An $12.3 million smart bridge, opening this October, is being built in northern Bavaria and will include technology never seen before on the German Autobahn.
Sensors built into the bridge on the Autobahn 9,
will capture and analyze data such as the strain, movements and inclinations of the bridge, as well as the temperature, humidity and pressure from vehicles. Experts will then be able to tell the state of the bridge according to the data they receive, with the aim of discovering damage before regular tests.
The bridge in Nuremberg will be tested out as a five-year pilot project to determine whether it might also work in the rest of Germany.
New bridge part of the digital autobahn test field
The new bridge is part of the “Digital Autobahn Test Field,” a project which the government launched in 2015. The A9 between Munich and Nuremberg, one of the most important traffic routes in Europe, is gradually being transformed into a test route for innovations. Using the slogan “Mobility 4.0”, the German Federal Government, the Free State of Bavaria and companies such as Siemens and Infineon, are developing the A9 into a proving ground for the technologies of the future.
The aim is make driving faster, safer and reduce congestion. Another advantage of the project is that it could reduce the number of Geisterfahrer – ghost drivers, or those who enter the road on an exit and drive against the flow of traffic. By warning these people and other drivers of the mistake they are about to make, the system will increase safety for what is a recurrent problem on German roads.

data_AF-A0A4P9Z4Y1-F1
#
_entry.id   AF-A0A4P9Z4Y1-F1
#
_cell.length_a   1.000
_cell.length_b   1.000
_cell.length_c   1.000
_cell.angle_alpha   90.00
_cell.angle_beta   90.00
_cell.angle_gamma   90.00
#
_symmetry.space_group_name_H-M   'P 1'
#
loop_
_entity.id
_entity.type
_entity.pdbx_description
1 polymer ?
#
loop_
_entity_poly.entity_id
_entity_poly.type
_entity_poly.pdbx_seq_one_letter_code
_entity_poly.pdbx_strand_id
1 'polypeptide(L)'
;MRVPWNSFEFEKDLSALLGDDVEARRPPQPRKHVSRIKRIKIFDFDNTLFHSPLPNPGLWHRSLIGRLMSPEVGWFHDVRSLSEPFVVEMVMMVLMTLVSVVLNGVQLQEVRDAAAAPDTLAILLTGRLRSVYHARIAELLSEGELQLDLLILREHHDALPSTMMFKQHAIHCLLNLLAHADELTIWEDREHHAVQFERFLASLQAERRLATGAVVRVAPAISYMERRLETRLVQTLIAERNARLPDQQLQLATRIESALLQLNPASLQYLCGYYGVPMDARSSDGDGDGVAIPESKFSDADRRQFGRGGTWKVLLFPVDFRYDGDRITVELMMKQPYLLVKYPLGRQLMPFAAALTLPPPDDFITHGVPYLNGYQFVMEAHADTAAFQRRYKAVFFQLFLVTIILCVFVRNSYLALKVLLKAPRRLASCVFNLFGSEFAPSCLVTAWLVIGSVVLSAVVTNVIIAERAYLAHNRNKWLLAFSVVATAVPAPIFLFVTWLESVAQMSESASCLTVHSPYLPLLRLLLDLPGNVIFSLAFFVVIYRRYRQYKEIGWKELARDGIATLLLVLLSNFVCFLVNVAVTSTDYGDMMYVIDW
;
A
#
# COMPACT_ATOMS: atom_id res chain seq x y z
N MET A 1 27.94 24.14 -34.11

The digital project also involves introducing free Wi-Fi access in six different parking lots of the north Bavarian region which will be available from mid-November.
Bridge moves vehicle safety improvements outside of the car?
While automobile manufacturers are concentrating on creating self driving cars, traffic planners are looking to develop an intelligent road infrastructure that will direct vehicles but also actively communicate with them. The German Ministry’s aim is to create a platform ready for introducing and testing additional vehicle-to-infrastructure (V2I) and vehicle-to-vehicle (V2V) communication features.
Radar sensors is utilized in the project, controlled by modern 77 GHz microchips made by Infineon. They have already formed an integral part of driver assistance systems for some years and can for example, maintain a constant distance to the vehicle ahead, and initiate or automatically perform emergency braking. They will make it possible to guide vehicles to an emergency stop on the bridge if a vehicle’s sensor system fails, removing the need for emergency braking.
A second signal could simultaneously be sent out to warn other vehicles to keep a safe distance away. Obviously, this would avoid any interruption to the flow of traffic.
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Many companies are interested in testing new technologies on the route with test vehicles from Audi, Mercedes and BMW are already using their on-board computers to regularly make their way through heavy traffic on the A9. The highway’s communication network is also being tested, including the ability of the system to warn vehicles on the A9 in good time before they attempt risky passing maneuvers.
In addition, technology from the Fraunhofer Research Institution for Communication Systems and Continental is making it possible for a vehicle to warn the cars behind it that it is about to brake – even before the brake lights go on. Such capabilities are designed to provide drivers with alternative routes and warn them of impending dangers.
Upon project completion, Siemens and Infineon will release all test data in
an open source format. “The idea is that creative minds from the automotive industry, the digital sector, and the scientific community will be able to use the data generated from this project to develop additional innovative mobility solutions,” says Marcus Zwick, who responsible for Siemens Mobility’s technology incubator. It’ll be interesting to see what innovations develop on the intelligent autobahn.